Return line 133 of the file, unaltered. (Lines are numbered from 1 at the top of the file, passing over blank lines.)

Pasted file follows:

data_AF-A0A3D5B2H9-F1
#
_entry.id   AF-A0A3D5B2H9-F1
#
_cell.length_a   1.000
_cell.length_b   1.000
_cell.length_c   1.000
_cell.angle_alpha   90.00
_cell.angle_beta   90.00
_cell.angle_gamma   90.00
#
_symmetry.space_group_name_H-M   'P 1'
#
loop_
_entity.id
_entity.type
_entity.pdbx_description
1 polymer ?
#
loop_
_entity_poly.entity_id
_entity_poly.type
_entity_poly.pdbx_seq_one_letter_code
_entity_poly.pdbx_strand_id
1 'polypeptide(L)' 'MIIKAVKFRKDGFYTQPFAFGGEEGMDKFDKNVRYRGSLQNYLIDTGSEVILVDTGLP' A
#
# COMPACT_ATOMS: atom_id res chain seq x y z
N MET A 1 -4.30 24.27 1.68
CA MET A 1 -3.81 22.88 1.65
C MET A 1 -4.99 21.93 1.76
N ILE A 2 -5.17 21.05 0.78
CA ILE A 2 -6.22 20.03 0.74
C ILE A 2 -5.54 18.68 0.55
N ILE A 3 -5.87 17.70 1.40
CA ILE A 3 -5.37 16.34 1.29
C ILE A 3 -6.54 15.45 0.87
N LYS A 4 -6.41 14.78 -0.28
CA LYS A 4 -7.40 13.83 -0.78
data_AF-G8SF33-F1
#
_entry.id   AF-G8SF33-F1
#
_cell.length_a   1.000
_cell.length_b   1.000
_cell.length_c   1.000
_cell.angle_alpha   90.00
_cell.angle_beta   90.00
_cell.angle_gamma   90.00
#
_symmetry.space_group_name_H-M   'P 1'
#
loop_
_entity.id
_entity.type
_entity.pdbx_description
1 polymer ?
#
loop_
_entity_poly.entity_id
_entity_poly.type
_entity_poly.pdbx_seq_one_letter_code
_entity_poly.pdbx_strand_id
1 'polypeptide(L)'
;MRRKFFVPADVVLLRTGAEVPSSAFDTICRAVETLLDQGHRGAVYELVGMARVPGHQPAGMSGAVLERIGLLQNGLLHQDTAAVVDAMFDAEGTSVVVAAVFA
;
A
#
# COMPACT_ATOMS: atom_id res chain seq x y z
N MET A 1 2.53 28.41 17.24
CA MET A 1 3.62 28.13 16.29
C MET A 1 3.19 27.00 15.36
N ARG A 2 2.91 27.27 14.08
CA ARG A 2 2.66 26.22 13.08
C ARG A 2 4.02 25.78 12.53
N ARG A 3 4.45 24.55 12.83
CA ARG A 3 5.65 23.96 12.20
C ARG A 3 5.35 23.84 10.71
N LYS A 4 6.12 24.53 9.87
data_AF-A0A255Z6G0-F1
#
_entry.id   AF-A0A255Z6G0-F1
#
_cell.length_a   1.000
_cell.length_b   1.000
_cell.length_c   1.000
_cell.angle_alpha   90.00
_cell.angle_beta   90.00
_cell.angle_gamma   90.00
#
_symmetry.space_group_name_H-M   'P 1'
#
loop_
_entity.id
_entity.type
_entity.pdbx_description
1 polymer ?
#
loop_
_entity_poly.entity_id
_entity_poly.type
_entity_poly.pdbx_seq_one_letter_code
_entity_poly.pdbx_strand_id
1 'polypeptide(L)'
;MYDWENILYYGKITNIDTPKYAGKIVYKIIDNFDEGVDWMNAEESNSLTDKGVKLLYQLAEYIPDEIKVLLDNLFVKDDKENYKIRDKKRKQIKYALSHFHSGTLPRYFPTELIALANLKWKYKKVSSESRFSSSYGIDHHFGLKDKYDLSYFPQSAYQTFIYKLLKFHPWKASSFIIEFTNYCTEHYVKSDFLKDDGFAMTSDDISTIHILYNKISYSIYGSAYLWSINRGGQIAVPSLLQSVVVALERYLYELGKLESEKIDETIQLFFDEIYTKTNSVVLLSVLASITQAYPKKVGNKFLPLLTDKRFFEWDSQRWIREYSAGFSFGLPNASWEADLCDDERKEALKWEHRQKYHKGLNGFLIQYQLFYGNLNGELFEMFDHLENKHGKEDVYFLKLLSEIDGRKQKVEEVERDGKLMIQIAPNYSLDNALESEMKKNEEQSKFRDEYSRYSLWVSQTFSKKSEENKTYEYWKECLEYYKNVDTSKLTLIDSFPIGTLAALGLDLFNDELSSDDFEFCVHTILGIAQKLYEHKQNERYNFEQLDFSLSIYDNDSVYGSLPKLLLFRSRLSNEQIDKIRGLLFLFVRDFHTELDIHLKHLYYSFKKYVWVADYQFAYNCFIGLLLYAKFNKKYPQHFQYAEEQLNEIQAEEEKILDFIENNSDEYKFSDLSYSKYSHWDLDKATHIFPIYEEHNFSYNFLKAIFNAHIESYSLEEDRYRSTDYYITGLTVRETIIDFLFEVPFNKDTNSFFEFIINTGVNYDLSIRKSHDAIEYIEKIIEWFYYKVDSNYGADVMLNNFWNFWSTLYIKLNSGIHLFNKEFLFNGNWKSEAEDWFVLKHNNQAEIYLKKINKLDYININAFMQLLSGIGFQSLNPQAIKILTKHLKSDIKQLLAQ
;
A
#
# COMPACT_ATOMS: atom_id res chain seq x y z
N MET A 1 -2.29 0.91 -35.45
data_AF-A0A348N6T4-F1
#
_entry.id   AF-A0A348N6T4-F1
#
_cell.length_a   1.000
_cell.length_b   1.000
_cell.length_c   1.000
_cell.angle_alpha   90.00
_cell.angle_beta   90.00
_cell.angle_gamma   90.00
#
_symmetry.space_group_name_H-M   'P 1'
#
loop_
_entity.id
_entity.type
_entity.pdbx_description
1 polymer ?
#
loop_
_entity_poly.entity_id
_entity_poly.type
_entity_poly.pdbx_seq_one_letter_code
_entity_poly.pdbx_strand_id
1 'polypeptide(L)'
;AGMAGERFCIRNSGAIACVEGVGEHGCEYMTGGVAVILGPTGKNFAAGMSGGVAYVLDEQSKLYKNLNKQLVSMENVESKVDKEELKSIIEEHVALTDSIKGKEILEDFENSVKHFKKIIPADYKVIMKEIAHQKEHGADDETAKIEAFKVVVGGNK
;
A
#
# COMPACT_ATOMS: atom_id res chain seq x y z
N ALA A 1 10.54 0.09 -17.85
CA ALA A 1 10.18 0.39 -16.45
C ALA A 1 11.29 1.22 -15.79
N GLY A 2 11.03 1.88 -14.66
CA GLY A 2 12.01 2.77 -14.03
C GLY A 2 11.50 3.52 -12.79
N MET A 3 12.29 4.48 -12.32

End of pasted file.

_entity_poly.pdbx_strand_id